The Champagne Backpacker: Michael's Round the World Trip 2005-2007-- The Adventure of a Lifetime travel blog

Traditional Ethiopian Food

Me and Lucy

Students at Addis Ababa University

Addis Ababa Merkato (Market).


Sunday, October 23, 2005. Addis Ababa, Ethiopia. Addis Ababa is Ethiopia's largest city, capital, commercial and cultural center. At 2400 meters (about 8000 feet), the weather is quite cool. There are surprisingly few cars or motorbikes on the streets. People are either walking or catching public buses and minibuses. From our hotel, Alma Pension (100 Birr/Double), we walked into town. Almost immediately people approach us with their hands outstretched asking for money. Unfortunately, we would be exposed to constant begging—from both adults and children throughout our time in Ethiopia. The begging came in three general forms: the quiet outstretched hand, the "You/Hello, give me pen!", and the "You/Hello, give me Birr (money)!" The constant begging will test every traveller's patience. I either completely ignored the requests or responded with a firm "ai"/no (pronounced "eye"). If that didn't work, saying "Teumeulleuss!" (Go away!/Leave me alone!) usually did. As a general rule, I do not give to beggers because it encourages begging. Indeed, as costs in Ethiopia are very inexpensive compared to the West, a begger can make more from begging than working. Thus, children learn to beg and have an incentive to skip school to beg from the tourists.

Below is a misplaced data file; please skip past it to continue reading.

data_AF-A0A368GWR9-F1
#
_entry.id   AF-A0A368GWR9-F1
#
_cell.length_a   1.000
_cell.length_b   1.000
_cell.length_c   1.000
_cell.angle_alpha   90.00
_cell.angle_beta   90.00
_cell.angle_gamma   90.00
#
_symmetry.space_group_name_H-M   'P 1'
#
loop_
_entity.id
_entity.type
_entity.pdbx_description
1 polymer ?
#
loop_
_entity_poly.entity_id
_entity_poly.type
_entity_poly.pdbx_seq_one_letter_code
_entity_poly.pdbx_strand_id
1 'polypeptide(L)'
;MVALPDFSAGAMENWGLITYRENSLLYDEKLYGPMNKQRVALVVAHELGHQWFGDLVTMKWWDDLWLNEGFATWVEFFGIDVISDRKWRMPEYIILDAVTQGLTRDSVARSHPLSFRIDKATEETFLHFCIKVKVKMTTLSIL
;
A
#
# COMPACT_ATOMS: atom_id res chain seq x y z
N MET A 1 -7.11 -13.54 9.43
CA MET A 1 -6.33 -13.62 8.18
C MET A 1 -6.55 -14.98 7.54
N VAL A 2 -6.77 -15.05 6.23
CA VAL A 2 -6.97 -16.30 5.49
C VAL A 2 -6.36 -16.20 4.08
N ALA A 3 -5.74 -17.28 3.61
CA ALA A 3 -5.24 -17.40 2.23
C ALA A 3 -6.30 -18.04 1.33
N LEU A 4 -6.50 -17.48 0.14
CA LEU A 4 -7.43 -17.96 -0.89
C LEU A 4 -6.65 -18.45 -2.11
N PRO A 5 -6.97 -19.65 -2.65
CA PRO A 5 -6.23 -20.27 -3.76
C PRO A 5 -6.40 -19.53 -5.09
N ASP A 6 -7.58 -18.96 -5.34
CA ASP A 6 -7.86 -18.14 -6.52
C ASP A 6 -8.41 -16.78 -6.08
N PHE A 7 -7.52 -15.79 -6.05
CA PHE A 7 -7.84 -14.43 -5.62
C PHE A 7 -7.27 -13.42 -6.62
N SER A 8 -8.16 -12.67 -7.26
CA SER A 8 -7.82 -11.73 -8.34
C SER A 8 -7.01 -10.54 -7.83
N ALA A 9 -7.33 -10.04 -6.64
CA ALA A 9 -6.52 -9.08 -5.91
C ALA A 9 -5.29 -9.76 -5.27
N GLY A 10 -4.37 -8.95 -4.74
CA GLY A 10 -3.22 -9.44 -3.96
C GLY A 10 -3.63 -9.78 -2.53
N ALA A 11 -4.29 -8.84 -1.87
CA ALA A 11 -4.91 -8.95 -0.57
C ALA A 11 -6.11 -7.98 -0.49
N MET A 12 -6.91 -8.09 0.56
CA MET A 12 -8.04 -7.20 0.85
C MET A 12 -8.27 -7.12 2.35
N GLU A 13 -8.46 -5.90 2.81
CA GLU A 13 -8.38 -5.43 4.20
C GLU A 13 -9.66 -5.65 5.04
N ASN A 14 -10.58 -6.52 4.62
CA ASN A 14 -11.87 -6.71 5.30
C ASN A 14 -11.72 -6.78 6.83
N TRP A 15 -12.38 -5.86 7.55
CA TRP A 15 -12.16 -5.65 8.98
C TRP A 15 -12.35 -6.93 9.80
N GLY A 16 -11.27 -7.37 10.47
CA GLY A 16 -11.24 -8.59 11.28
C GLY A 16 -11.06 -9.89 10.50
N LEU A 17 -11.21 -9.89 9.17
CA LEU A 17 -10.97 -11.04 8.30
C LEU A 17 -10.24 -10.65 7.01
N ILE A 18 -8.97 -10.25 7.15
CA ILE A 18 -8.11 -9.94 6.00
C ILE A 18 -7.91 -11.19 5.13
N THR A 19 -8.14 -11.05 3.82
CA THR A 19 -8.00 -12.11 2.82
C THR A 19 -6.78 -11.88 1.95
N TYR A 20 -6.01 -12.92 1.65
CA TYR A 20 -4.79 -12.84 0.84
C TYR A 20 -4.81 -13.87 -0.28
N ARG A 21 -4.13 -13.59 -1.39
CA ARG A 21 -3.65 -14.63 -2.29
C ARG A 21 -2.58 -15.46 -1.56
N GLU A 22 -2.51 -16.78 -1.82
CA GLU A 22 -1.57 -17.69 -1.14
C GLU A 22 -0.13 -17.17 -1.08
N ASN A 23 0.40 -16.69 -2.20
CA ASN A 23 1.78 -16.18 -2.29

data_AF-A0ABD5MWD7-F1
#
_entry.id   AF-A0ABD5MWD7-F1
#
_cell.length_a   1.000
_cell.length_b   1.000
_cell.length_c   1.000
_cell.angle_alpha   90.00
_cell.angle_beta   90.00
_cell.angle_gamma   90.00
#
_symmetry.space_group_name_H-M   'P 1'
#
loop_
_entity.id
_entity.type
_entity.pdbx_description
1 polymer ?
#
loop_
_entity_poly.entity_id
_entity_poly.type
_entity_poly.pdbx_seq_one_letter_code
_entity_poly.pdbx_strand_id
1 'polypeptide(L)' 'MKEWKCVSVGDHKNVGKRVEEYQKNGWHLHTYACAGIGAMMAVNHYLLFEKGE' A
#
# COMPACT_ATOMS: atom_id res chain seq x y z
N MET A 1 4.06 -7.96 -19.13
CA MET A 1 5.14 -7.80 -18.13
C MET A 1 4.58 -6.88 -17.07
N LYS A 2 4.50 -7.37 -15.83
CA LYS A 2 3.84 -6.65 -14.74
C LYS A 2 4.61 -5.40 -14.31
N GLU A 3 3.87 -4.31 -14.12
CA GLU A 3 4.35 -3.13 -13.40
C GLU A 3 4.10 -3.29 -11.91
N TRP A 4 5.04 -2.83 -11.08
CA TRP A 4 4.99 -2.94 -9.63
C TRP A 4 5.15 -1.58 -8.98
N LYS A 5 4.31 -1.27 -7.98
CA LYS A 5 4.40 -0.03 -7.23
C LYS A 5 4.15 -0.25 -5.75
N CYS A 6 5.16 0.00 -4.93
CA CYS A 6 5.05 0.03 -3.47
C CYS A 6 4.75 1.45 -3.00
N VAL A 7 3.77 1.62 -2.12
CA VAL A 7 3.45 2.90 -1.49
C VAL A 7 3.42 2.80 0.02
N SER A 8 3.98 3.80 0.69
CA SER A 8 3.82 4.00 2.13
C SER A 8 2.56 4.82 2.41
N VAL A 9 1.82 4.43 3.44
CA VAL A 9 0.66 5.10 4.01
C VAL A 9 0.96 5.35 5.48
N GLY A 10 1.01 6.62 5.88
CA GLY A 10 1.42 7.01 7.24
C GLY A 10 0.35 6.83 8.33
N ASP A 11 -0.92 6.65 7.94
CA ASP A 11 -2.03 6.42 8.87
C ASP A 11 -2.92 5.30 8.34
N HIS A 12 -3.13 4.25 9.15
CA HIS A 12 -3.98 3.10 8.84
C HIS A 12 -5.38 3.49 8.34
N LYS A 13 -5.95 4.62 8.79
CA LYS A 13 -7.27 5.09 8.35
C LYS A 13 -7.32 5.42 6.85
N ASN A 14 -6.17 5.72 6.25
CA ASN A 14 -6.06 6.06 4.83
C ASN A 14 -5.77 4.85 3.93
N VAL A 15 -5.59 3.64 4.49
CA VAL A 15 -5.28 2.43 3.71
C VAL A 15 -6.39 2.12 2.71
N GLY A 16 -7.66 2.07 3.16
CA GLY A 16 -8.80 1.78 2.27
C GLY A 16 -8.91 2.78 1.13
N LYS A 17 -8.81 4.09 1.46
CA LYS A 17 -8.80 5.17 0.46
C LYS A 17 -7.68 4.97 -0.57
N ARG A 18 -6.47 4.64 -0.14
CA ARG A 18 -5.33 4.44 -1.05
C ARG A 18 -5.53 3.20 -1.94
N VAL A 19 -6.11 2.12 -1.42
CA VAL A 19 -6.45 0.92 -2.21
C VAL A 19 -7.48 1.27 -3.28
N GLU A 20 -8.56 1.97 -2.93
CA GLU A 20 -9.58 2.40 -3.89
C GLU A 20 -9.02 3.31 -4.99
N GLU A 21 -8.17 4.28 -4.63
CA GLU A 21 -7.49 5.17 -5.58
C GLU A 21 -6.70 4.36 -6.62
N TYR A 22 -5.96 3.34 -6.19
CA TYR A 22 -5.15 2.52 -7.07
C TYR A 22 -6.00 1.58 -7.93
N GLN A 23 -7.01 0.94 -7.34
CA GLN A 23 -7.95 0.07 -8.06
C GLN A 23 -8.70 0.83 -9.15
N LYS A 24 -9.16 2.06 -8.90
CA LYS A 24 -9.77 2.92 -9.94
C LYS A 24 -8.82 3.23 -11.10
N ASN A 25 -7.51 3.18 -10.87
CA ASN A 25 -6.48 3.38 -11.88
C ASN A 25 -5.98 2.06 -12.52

In Addis, the top sites are the Ethnological Museum, the National Museum, and the Merkato. The Ethnological Museum, on the campus of Addis Ababa University, provides a good introduction to the rich culture and history of Ethiopia. At the nearby National Museum, the star exhibit is Lucy. Discovered in 1974 in northeastern Ethiopia and named after the Beatles' song "Lucy in the Sky with Diamonds", Lucy is the oldest known hominid in the world at about three million years old. Northwest of the city center is the Merkato, purportedly the largest open air market in Africa. It's a great place to wander and get lost amongst the crowds. After more than an hour of exploring, we did not encounter a single other faranji (foreigner).



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